The University of South Florida has been grossly mistreated by a last-minute decision by leaders of the Florida Legislature to change the rules for designating the state's top universities, which would cost USF millions of dollars and the elite status it has diligently worked to achieve for years. This is an indictment of the Legislature's penchant for secret deals that have sweeping impact, and the feeble explanations Monday were misleading and unpersuasive.
Only two of the state's 12 public universities, the University of Florida and Florida State University, have achieved pre-eminent status. That designation enables them to qualify for additional state money and more opportunities to improve programs and hire more top-notch professors. USF has been on the cusp of joining UF and FSU by meeting 11 of 12 performance metrics in areas such as student test scores, national rankings and graduation rates. Sen. Bill Galvano, R-Bradenton, said Monday no new universities would have qualified under existing law, but that is incorrect. USF expected to meet the Board of Governors' requirement this year that at least 70 percent of its students graduate within six years. It also would have met a different goal lawmakers have been talking about for months, having 50 percent of its students graduate within four years.
Without warning, Senate President Joe Negron and House Speaker Richard Corcoran agreed to move the goal posts late Friday. They changed one number on page 232 of a 290-page bill, raising the required graduation rate within four years to 60 percent. Guess which university falls short? Hint: It's not UF or FSU.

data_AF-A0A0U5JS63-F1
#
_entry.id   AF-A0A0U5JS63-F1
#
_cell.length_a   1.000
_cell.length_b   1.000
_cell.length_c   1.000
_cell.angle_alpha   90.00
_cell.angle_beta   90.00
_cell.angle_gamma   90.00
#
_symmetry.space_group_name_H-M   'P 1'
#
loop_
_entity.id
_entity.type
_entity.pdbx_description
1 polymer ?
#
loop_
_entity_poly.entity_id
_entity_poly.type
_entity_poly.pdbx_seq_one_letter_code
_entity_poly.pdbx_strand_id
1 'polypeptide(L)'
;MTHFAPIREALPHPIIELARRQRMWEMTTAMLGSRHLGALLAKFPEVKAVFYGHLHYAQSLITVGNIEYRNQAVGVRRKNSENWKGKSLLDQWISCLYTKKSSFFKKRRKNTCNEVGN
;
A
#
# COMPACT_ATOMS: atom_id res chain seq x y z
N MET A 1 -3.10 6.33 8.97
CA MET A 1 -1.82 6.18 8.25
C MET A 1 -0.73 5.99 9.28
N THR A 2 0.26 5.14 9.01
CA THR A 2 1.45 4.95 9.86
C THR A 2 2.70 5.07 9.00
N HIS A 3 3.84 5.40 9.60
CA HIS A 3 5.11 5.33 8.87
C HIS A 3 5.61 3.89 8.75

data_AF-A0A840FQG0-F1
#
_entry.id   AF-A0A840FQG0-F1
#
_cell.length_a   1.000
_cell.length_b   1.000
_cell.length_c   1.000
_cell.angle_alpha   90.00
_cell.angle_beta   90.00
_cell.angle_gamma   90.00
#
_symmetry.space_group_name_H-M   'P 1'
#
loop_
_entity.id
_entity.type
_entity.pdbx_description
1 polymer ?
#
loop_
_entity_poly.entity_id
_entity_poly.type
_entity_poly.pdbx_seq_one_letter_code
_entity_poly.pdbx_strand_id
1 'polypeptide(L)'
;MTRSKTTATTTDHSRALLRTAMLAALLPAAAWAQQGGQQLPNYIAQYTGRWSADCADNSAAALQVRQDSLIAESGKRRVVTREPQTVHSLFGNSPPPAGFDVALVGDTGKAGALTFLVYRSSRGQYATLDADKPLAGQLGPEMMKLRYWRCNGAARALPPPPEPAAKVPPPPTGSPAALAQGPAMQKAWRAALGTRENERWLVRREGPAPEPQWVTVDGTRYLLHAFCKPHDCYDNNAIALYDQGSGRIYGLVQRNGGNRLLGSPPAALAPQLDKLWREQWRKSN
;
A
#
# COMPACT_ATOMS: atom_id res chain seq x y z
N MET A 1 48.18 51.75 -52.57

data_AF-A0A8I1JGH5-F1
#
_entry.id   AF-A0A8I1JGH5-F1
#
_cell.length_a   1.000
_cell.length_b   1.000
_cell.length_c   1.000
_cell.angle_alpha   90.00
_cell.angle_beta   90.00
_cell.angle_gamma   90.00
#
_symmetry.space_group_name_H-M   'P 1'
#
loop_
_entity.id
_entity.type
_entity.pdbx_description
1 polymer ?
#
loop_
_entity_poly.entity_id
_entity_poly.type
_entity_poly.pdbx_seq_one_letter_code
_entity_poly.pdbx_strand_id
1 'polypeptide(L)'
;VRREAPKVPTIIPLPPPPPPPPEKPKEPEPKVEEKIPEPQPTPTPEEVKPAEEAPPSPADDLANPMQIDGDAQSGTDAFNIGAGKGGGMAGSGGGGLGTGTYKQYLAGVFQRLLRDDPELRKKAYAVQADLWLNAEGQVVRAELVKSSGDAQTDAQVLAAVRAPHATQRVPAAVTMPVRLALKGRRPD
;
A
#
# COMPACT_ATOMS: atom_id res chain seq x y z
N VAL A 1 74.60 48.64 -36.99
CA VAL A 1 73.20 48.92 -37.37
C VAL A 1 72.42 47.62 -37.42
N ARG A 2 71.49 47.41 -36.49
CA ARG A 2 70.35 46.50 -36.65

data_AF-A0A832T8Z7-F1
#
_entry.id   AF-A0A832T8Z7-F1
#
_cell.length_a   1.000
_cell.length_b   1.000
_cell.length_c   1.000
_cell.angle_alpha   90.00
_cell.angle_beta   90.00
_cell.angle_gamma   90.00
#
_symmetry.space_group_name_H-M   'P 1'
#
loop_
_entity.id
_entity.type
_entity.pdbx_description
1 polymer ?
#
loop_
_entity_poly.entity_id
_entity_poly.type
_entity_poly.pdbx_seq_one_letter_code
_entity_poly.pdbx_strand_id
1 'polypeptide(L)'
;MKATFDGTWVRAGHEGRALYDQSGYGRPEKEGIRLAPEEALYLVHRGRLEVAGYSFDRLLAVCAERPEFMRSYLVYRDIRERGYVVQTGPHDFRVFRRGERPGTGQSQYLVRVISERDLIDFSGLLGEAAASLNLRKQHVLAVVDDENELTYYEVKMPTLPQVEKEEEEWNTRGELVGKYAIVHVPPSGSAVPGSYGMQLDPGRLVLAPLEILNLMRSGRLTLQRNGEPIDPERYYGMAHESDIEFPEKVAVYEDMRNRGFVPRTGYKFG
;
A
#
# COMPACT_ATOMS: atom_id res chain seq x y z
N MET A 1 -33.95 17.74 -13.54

The issue is not whether the bar for pre-eminent status should be set at 50 percent or 60 percent of students graduating within four years. The issue is that this policy change should not be decided by two legislative leaders in the final hours of the legislative session. It is not the policy adopted by the Board of Governors. It was not discussed by state lawmakers at public meetings this spring. There was no opportunity for USF, higher education experts or the public to weigh in. And lawmakers could only approve or reject the legislation Monday. They could not change it.
Negron, R-Stuart, takes full credit for making the change to 60 percent of students graduating in four years and is unrepentant. But he is flat wrong about the fairness of the process, and he and Corcoran have made far too many secret deals this session that will significantly change public policy. Negron and other senators also point out USF did well in the 2017-18 state budget lawmakers are expected to approve today. USF will have more than $45 million in funding increases, plus another $12 million for the new downtown Tampa homes for the college of medicine and the heart institute.
That's great, but that is not the issue here. The issue is USF has been unfairly treated in a secret deal, and this change in requirements for pre-eminent status should have been publicly debated. For example, USF points out more of its graduates receive Pell grants for financial need than graduates of UF and FSU, and a higher portion of its degrees are awarded to African American and Hispanic students. USF also has received national recognition for eliminating the gap between white and minority students on six-year graduation rates. Those factors should have been raised in a broader public discussion about the requirements for pre-eminent status.
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Negron and Corcoran made an arbitrary decision in secret and without explanation, and USF is the victim. At a minimum, legislators should pledge to revisit the requirements for pre-eminence status for universities in the next regular session that begins in January. USF was treated unfairly this time. In the next secret deal, it will be someone else who is unfairly punished.